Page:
From [HERE] The Kansas City Star details the 23-year struggle Rosie McIntyre endured to clear her son Lamonte, who was exonerated on Friday. Lamonte McIntyre was just 17 when he was arrested for the murders of Donie Quinn and Donald Ewing. His mother knew all along that he was innocent. She told the Star, “It tore me apart. I knew my son. There was never (any) doubt . . . I knew he was innocent. No one believed it. No one cared. It was like I was all along with the situation.”
According to the Star, Rosie McIntyre kept a notebook with detailed notes about her more than two-decade struggle to get help for Lamonte. Over the years, she contacted countless legal organizations, innocence organizations and journalists. Early on, dressed as a man (for safety) and armed with a tape recorder, she even conducted her own investigation, canvassing the street where the murders occurred and asking about the crime. This took a toll on her emotionally.
Her pleas were finally answered by Centurion Ministries which agreed to take on Lamont’s case. With the help of Kansas City lawyer Cheryl Pilate and the Midwest Innocence Project, the lawyers conducted an investigation that revealed that even the victim’s family members believed that police had arrested the wrong person.
On Friday afternoon, just two days into what was expected to be a week-long hearing to consider McIntyre’s exoneration, Wyandotte County District Attorney Mark Dupree Sr. flabbergasted the courtroom when he said the county would no longer contest the facts of McIntyre’s innocence.
McIntyre, arrested at age 17, had spent the past 23 years behind bars as part of two life sentences on two counts of murder. He is now 41.
The 17-year-old McIntyre was arrested on April 15, 1994, in Kansas City, Kan.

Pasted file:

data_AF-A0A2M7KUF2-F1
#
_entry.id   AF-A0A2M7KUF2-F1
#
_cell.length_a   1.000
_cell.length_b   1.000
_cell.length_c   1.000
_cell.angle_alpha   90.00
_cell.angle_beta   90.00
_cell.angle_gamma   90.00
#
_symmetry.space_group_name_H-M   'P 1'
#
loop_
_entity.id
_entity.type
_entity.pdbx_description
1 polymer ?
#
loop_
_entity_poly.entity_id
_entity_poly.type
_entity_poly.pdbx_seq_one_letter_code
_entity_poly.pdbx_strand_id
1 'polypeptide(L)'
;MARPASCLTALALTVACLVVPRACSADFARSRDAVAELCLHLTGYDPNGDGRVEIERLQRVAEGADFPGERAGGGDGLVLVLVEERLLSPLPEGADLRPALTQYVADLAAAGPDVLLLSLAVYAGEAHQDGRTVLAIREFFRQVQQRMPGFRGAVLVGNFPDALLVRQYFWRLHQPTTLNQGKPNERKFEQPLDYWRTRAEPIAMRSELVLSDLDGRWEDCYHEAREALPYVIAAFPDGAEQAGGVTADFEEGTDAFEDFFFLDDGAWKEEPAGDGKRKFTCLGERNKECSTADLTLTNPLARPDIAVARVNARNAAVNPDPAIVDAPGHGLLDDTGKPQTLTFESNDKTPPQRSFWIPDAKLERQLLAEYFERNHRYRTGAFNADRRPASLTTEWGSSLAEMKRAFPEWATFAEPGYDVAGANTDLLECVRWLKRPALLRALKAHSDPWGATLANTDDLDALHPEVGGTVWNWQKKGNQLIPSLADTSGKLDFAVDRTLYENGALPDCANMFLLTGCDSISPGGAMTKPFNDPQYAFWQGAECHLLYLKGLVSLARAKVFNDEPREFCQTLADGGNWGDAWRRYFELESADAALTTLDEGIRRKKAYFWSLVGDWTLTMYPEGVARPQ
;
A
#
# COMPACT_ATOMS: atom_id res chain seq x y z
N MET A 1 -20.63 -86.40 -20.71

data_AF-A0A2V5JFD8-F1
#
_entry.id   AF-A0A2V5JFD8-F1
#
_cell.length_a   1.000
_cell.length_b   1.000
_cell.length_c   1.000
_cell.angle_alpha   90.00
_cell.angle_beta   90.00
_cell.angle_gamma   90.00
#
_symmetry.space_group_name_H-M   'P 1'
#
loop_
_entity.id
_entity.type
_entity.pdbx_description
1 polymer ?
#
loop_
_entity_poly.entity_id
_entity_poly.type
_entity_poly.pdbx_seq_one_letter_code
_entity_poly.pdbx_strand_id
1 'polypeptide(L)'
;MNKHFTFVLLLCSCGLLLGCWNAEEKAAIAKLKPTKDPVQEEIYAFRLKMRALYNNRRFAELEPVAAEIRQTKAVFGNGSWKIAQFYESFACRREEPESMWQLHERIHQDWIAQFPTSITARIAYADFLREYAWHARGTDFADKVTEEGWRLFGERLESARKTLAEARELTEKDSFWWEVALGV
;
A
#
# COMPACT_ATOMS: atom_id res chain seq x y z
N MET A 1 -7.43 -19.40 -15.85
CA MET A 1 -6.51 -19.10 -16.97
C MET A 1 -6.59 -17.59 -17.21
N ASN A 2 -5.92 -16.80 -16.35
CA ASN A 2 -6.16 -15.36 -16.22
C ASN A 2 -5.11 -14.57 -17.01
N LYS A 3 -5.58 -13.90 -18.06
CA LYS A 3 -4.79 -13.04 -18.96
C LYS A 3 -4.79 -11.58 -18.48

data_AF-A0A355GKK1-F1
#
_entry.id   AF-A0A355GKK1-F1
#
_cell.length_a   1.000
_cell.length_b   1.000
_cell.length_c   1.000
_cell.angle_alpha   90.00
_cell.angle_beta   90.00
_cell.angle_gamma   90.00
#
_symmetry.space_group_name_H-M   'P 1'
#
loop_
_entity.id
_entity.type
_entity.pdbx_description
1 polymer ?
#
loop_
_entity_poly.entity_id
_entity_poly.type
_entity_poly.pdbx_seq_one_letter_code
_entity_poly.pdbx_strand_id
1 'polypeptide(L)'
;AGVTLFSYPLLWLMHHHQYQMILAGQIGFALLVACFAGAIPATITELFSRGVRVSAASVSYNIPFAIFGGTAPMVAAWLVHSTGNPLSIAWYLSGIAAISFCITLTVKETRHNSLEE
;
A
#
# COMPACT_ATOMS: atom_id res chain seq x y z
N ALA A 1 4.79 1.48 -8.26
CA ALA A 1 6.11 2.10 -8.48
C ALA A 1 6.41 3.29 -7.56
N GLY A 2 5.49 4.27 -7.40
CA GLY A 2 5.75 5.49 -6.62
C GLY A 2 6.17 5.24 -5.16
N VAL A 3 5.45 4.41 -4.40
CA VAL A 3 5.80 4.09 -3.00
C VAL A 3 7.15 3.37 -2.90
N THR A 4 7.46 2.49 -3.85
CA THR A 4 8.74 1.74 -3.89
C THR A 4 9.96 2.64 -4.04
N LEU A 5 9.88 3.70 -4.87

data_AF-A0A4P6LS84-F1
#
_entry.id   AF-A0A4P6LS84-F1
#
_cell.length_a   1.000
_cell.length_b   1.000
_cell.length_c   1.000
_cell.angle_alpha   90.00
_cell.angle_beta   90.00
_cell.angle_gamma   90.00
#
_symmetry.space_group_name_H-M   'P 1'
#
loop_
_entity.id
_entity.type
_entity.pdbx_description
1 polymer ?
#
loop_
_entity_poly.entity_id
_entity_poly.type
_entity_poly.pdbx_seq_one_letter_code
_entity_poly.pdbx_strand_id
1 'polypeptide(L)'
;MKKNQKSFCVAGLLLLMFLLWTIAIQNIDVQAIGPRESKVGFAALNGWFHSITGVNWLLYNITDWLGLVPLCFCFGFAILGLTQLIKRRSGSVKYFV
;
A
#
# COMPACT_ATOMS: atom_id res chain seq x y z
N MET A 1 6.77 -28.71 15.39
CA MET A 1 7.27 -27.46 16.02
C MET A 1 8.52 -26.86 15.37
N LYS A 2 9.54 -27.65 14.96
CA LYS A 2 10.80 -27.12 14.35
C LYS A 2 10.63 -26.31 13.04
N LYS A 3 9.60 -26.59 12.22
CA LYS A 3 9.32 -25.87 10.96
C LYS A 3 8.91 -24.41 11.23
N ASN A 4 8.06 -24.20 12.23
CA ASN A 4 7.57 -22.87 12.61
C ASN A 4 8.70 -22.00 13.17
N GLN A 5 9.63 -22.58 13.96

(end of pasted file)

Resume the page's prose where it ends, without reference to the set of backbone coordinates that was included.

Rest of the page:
In a four-day trial — held when he was 18 and thus trying him as an adult — he was given two life terms for the double murders of two individuals, Doniel Quinn, 21, and Donald Ewing, 34. The men had been sitting in a powder blue Cadillac on Hutchings Street when a killer with a shotgun blasted them inside.
McIntyre not only has resolutely maintained his innocence but also has consistently maintained that he never knew either Quinn or Ewing, who many believe were murdered by someone else as part of a drug-related killing.
The case against McIntyre, chronicled in 2016 by The Star, included no gun, no motive, no physical evidence whatsoever that tied him to the crime, and no evidence that he knew either victim. Nor was there evidence that the Kansas City, Kan., police at the time had searched for such evidence.
Instead, within hours of the crime — and based on the vague account of one witness who said the killer looked somewhat like a young man she knew with the name Lamonte — Lamonte McIntyre was arrested, despite alibis from family members who swore he had spent the day at home.
The only other witness against him was a woman in the neighborhood, a relative of the victims, who later recanted her testimony and said that she lied in identifying McIntyre because she was coerced by the then lead detective in the case, Roger Golubski. Golubski, who retired as a captain from the police force in 2010, has previously denied the allegation.
In their motion for exoneration, McIntyre’s counsel, led by Kansas City attorney Cheryl Pilate, raised serious allegations of misconduct on the part of Golubski and of then-Wyandotte County assistant prosecutor Terra Morehead, who is now a prosecutor in the U.S. attorney’s office in Kansas. Pilate also raised questions of bias in the original trial because of a past and undisclosed romantic relationship between Morehead and the Wyandotte County District judge presiding over McIntyre’s case, J. Dexter Burdette.
Morehead has never provided a statement regarding the allegations. Burdette, who has also never given a statement, had been scheduled to testify on Friday — but the McIntyre case ended before he took the stand.
In a press release, Dupree said that in vacating the case against McIntyre it was “not endorsing, certifying, agreeing, nor stipulating that any of those individuals or entities committed any wrongdoing.”
The statement began, however, “As prosecutors, our job … is to pursue justice, not simply convictions.”
In the case of the State of Kansas v. Lamonte McIntyre, “my office is requesting the Court find that manifest injustice exists.”
McIntyre’s family, friends and supporters were jubilant in the wake of the prosecution’s concession.
“I thank everybody who never gave up on my son,” Rosie McIntyre said outside the courtroom. “He (the judge) said, ‘You’re free.’ I almost hit the floor,” she said. “I want him to feel the sunlight.” [MORE]